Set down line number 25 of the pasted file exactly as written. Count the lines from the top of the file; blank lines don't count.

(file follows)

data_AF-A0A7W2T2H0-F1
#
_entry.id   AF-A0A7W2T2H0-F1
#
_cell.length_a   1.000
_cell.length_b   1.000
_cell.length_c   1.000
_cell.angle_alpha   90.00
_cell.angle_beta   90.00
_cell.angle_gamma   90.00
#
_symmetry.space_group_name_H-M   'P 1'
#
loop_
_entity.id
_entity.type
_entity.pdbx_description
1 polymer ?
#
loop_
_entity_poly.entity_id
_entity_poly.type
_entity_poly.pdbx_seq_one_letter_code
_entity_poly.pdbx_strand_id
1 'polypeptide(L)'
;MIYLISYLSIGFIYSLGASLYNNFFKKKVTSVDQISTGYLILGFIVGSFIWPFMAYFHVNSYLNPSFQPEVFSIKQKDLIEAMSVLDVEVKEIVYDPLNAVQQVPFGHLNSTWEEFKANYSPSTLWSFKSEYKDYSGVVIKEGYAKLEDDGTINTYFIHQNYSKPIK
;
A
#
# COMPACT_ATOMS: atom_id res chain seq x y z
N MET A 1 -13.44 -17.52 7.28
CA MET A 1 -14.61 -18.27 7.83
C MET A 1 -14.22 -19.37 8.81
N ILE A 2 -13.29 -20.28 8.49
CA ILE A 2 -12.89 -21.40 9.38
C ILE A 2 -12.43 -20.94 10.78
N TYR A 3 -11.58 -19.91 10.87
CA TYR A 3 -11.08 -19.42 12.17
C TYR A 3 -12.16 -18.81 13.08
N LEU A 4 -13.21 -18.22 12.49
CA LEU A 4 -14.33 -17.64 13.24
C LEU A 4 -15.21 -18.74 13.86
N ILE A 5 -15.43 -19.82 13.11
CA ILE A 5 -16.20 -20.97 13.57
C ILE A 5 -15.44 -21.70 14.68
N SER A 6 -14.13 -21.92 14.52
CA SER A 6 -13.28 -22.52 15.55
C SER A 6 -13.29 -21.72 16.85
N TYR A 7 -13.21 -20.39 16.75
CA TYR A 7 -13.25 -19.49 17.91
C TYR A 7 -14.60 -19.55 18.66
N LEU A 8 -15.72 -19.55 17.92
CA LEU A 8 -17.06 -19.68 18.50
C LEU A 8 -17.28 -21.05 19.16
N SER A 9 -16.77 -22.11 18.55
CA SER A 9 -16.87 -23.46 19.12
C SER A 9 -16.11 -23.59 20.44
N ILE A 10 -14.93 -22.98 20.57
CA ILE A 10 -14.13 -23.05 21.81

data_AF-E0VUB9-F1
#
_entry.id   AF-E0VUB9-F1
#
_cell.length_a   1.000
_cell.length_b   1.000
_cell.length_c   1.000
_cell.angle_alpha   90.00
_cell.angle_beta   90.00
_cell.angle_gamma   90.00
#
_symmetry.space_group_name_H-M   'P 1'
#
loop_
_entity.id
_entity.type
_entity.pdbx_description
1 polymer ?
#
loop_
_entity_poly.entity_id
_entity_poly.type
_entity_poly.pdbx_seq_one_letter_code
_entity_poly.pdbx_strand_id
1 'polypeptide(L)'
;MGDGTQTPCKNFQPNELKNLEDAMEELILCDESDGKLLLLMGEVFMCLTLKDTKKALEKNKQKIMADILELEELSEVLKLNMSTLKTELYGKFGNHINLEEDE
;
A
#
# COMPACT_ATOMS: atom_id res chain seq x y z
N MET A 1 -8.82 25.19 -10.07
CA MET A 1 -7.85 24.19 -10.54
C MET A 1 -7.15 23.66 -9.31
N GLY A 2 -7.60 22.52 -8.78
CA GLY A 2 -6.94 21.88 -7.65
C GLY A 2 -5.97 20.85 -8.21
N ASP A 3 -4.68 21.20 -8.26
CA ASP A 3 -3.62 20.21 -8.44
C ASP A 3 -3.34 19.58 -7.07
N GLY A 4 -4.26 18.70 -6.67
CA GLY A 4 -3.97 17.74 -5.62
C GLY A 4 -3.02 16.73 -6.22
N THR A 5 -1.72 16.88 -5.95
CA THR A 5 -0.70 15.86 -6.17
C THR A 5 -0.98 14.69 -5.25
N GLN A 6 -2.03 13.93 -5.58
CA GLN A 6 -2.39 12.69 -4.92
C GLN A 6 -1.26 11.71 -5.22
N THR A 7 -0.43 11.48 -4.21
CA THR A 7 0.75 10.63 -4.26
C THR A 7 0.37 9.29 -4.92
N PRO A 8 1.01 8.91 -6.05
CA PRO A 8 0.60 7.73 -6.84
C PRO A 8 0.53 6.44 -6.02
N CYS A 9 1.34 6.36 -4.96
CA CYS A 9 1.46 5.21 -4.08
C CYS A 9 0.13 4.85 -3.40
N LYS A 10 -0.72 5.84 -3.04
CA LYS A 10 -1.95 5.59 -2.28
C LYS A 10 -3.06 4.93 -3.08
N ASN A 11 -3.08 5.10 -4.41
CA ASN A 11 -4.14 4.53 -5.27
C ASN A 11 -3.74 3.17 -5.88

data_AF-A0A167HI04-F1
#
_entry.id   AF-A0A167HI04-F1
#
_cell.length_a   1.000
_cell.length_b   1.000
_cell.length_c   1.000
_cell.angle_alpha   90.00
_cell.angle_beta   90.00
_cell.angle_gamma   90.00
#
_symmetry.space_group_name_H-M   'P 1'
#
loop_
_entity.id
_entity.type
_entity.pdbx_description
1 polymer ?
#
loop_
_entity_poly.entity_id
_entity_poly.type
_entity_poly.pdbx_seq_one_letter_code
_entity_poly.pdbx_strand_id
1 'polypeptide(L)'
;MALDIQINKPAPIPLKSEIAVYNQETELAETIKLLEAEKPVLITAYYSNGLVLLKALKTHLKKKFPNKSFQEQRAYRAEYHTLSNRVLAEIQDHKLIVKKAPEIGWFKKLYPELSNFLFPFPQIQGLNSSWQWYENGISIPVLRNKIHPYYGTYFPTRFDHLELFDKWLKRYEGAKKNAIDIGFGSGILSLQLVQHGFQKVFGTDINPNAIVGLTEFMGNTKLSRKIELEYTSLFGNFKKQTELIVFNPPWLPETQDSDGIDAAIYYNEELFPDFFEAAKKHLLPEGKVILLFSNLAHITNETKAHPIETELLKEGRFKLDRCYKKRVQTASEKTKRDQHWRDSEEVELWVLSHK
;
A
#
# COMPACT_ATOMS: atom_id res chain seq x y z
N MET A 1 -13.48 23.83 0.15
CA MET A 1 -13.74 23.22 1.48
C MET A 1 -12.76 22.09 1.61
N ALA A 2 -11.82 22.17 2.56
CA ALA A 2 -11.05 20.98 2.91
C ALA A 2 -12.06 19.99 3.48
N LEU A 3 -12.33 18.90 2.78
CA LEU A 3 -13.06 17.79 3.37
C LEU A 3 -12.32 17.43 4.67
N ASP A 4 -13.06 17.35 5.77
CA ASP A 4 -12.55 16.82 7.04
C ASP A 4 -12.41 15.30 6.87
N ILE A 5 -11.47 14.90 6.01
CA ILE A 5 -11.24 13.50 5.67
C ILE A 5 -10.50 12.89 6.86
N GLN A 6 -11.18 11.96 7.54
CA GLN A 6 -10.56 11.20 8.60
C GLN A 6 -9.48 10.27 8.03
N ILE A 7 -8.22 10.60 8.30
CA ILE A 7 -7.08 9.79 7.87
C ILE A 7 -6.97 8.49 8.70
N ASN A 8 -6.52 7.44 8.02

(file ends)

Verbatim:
1 'polypeptide(L)'